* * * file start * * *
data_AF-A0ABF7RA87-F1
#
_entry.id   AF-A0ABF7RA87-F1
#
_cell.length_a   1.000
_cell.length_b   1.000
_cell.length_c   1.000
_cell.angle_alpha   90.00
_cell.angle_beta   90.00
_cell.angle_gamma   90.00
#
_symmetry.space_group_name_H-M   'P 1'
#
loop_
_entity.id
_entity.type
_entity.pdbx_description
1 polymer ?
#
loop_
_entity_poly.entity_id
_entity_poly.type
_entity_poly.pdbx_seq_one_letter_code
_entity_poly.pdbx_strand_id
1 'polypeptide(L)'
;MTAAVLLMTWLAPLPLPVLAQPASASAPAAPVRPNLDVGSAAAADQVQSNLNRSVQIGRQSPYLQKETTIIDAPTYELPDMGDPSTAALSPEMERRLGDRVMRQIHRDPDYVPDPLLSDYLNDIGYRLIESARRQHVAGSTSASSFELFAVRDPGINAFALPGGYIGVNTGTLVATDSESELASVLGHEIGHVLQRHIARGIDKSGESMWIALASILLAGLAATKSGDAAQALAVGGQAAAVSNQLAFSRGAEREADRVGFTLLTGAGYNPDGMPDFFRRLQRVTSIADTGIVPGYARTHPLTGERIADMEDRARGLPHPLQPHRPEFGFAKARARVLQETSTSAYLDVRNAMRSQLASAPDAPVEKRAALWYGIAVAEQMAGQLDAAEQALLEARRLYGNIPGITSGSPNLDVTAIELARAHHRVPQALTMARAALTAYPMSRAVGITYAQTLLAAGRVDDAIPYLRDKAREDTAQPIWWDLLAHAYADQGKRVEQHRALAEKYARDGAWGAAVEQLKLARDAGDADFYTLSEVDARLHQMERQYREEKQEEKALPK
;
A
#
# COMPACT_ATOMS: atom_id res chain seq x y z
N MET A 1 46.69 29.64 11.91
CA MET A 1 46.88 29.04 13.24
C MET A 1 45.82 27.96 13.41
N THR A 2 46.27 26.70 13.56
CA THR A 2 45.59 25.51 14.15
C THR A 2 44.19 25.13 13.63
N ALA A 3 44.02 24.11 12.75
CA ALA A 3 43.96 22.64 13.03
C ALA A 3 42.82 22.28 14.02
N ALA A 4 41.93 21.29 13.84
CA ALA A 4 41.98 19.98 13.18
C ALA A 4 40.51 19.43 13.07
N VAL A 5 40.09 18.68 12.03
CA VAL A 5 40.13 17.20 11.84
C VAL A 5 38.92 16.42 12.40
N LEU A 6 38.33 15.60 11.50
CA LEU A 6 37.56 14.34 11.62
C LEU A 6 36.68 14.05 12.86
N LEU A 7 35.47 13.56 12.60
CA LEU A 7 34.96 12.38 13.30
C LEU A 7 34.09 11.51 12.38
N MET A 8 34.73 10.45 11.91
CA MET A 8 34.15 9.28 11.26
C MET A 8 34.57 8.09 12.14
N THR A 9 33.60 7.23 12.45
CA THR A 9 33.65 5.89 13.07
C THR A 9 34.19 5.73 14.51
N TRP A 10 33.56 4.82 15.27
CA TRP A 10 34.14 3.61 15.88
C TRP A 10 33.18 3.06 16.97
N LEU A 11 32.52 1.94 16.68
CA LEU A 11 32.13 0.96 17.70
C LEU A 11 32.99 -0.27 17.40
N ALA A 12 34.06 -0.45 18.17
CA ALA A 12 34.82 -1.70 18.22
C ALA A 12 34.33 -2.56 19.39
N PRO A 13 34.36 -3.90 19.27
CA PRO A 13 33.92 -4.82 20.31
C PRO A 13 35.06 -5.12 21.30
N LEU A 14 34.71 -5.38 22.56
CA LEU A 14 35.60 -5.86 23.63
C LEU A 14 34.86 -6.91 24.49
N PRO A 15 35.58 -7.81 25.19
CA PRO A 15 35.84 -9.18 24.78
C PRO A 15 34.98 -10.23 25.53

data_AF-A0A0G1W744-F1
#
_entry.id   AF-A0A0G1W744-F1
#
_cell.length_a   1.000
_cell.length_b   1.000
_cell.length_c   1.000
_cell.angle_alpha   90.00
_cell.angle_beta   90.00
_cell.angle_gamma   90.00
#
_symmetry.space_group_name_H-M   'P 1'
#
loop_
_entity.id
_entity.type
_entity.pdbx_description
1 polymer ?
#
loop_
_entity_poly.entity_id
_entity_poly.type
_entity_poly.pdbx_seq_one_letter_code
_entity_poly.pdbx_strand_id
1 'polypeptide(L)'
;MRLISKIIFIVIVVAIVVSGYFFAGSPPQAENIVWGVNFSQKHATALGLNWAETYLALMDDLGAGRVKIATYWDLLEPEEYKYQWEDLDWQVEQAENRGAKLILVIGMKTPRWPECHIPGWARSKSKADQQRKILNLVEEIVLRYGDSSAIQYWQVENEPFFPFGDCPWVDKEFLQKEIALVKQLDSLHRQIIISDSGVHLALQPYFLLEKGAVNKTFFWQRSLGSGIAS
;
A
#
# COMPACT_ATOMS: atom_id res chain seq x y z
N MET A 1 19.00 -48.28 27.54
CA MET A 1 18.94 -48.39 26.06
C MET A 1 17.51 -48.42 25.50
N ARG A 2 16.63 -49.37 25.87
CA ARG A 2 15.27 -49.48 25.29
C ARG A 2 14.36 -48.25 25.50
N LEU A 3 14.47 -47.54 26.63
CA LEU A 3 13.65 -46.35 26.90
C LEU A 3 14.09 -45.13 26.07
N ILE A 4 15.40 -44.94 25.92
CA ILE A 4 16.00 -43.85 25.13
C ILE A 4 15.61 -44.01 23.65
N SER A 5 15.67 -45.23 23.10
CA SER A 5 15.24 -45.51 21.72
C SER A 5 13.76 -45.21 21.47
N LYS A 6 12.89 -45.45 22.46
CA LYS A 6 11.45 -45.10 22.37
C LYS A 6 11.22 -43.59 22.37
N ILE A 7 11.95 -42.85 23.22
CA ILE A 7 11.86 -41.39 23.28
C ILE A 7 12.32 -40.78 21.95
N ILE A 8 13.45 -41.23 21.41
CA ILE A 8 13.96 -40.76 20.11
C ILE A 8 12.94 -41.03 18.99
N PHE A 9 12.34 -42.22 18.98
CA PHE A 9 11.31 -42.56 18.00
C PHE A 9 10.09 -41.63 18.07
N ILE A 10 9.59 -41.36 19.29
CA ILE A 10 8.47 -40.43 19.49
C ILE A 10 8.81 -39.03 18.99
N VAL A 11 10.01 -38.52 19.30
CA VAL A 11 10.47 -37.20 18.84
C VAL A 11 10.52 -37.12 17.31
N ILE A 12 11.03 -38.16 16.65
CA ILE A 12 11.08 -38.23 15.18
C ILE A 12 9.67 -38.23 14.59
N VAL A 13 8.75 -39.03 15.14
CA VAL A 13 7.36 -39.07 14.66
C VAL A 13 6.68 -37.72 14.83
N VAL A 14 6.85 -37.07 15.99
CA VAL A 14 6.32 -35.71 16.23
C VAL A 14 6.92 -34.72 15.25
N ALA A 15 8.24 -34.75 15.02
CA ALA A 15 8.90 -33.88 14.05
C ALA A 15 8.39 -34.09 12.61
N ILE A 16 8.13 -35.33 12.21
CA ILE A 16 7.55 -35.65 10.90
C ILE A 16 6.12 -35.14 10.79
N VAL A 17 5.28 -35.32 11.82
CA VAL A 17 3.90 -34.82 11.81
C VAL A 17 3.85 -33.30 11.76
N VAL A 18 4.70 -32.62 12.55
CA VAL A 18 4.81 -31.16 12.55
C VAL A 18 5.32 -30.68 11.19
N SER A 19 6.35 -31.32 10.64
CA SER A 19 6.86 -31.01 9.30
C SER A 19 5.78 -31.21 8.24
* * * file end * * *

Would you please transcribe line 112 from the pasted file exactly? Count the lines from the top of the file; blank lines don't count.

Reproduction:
N LEU A 3 14.47 -47.54 26.63